One of the interesting aspects of the recent physiotherapy discussions on social media about the benefits of the biopsychosocial model is the almost complete lack of the 'social'. Those who advocate for the model seem comfortable with the idea that physiotherapy might be ready to embrace its psychological dimensions - although, often, the 'psychological' is lazily referred to as a singular entity - but little is said about the social dimensions of physiotherapy. Perhaps physiotherapists are not aware of the full scale of the social dimensions of practice? Many practitioners, for instance, still ignore the fact that the social determinants of health (poverty, education level, access to … [Read more...] about Physiotherapy’s biopsycho (but not so much) social approach to future healthcare
Apologies for this longer than normal post...but we have much to discuss! Judging by the response to last week's post on the Biopsychosocial (BPS) Model, it is clearly a subject that is exercising the minds of a lot of physio/physical therapists. Not wanting to play a kind of 'dog-whistle' politics - where someone lights a torch under an incendiary issue and then walks away - I wanted to take in the flavour of the discussion before coming back to the blog to compose some reflections. So firstly, thanks to everyone who took the time to share their thoughts on the subject last week. The conversation felt thoughtful, courteous and respectful of people's different positions. In … [Read more...] about The biopsychosocial model revisited
It's quite common these days to see advocates of a more 'holistic' healthcare practice championing the Biopsychosocial (BPS) Model. In areas where healthcare has become increasingly complex - where people's individual values and beliefs can't be avoided, and where people's social context affects their lives so palpably that a biomechanical approach to assessment and treatment is simply inadequate - the BPS model is promoted as a way forward. But is it as sound as people seem to think? The BPS model was initially proposed by George Engel as a ‘unified concept of health and disability’ (Engel 1960) and was based on a very particular form of positivist psychology called General Systems … [Read more...] about Is the Biopsychosocial Model all it’s cracked up to be?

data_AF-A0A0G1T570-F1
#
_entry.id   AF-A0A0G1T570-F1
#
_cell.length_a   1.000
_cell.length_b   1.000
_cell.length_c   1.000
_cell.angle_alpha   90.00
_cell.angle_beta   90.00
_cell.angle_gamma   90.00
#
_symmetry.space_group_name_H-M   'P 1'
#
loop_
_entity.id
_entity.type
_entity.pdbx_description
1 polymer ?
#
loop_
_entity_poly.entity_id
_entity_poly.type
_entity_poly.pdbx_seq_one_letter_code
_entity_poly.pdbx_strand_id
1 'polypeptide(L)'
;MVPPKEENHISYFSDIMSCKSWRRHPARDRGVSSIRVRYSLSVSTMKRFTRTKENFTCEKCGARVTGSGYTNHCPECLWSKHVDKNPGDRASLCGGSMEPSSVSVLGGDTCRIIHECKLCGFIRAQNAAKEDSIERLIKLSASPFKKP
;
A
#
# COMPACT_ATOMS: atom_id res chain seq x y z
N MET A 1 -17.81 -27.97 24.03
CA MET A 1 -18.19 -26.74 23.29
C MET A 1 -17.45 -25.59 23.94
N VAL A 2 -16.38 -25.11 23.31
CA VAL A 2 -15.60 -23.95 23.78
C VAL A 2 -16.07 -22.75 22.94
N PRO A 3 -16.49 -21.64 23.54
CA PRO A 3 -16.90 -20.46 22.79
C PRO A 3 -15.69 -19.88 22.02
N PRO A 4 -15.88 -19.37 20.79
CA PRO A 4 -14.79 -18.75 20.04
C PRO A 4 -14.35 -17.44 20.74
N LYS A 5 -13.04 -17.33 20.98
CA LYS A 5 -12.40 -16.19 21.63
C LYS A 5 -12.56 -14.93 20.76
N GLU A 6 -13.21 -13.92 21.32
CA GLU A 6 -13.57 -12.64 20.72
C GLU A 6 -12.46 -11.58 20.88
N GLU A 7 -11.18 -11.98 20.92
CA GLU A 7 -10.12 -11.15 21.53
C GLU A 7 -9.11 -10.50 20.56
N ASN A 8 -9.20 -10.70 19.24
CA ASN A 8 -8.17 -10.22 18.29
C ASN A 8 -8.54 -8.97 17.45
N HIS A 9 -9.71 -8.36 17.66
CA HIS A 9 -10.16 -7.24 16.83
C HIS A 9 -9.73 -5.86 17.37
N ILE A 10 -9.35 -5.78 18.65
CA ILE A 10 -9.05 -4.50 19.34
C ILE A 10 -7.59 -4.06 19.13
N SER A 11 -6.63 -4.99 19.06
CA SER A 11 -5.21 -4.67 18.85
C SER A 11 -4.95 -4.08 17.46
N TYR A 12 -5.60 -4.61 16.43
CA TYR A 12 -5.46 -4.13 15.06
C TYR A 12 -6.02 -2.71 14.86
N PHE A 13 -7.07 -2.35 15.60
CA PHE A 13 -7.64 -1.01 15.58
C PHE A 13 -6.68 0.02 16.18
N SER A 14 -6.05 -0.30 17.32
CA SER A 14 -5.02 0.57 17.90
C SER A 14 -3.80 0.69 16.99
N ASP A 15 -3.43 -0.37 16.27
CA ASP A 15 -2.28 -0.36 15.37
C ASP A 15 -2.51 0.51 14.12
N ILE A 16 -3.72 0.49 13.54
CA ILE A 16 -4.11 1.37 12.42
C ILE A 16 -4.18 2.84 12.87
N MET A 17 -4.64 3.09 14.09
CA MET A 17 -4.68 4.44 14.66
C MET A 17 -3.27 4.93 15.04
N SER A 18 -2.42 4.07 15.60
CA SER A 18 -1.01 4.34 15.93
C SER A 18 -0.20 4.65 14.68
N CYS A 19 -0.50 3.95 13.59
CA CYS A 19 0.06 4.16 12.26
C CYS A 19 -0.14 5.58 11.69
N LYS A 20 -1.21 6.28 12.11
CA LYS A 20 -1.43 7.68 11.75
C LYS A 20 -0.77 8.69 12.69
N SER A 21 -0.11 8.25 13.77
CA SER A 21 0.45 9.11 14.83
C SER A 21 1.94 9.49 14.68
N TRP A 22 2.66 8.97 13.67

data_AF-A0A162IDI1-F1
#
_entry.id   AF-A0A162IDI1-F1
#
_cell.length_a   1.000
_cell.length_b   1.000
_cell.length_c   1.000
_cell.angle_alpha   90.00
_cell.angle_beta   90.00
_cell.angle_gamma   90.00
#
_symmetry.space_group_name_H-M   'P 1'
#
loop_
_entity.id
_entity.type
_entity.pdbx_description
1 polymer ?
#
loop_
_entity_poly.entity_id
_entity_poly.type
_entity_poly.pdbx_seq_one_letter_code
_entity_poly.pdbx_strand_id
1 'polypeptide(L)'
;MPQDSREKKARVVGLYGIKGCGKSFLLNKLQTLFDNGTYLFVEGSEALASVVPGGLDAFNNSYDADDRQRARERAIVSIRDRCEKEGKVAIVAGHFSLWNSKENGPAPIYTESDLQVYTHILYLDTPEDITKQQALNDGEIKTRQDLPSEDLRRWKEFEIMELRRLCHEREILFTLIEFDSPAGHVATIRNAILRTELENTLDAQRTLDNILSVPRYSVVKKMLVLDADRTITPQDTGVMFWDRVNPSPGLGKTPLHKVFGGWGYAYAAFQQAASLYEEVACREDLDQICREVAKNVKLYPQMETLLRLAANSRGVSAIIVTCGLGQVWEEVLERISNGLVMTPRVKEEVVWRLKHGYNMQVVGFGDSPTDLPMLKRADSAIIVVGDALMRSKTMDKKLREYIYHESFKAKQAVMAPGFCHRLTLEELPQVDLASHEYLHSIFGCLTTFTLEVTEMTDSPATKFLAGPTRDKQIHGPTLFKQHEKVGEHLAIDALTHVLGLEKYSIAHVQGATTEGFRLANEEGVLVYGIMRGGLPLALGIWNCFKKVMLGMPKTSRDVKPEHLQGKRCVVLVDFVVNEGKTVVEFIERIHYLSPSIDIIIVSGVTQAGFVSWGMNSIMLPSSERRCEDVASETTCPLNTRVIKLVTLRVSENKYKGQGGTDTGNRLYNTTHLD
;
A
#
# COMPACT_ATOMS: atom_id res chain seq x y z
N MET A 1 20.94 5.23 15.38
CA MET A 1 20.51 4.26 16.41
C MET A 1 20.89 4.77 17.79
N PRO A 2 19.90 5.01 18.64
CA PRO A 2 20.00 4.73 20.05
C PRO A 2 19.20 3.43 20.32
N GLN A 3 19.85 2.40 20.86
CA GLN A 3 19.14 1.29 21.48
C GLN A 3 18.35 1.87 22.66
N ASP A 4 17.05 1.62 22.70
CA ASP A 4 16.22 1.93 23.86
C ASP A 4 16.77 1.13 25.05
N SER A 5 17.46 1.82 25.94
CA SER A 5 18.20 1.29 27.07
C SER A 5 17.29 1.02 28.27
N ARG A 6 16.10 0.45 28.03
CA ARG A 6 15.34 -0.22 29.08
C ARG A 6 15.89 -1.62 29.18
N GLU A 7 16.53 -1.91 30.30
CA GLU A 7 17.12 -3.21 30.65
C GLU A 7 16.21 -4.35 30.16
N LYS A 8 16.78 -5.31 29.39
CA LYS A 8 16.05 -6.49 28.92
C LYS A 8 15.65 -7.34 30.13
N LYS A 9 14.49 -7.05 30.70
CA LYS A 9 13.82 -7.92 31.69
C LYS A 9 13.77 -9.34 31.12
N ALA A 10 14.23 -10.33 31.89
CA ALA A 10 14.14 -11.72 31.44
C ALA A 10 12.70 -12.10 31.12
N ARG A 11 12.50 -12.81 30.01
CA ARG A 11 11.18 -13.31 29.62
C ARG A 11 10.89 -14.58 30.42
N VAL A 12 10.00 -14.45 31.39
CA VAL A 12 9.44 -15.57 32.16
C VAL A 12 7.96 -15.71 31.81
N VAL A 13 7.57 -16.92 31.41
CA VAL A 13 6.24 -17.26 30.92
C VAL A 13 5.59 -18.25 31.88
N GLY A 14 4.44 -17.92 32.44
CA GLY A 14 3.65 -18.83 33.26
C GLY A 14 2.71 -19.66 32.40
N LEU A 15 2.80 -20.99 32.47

In this post, physical therapist Keith Waldron Jeffrey Bishop's article Rejecting Medical Humanism. In this article, published in 2007, Dr. Bishop writes eloquently of the metaphysics of medicine, referencing the works of Nietzsche, Foucault, Heidegger, and Deleuze, and how they relate to today’s biopsychosociologisms. He puts forth a compelling argument against the use of the humanities and narrative medicine as an add-on, or a compensation for the mechanisation of medicine. He writes of a continued dualism that no longer distinguishes the body from the mind, but instead focuses on the dichotomy between meanings and mechanisms. Dr. Bishop reflects on the ever-increasing emphasis … [Read more...] about Keith Waldron – Rejecting Medical Humanism – 30DoS #29
For a lot of its advocates, and there are many, pain has become a touchstone for new kind of physiotherapy practice: a more holistic, complex and person-centred practice that is more in tune with the modern face of healthcare; a healthcare where people want more from their health professional than 15 minutes of interferential and a quick manipulation. Some of the pain specialists in our profession are treated like rock stars and their presentations are guaranteed to fill out venues whenever they speak. People like Lorimer Moseley and David Butler have built their careers on bridging the divide between science and practice, the profession and public, and finding ways to make pain … [Read more...] about Pain or suffering?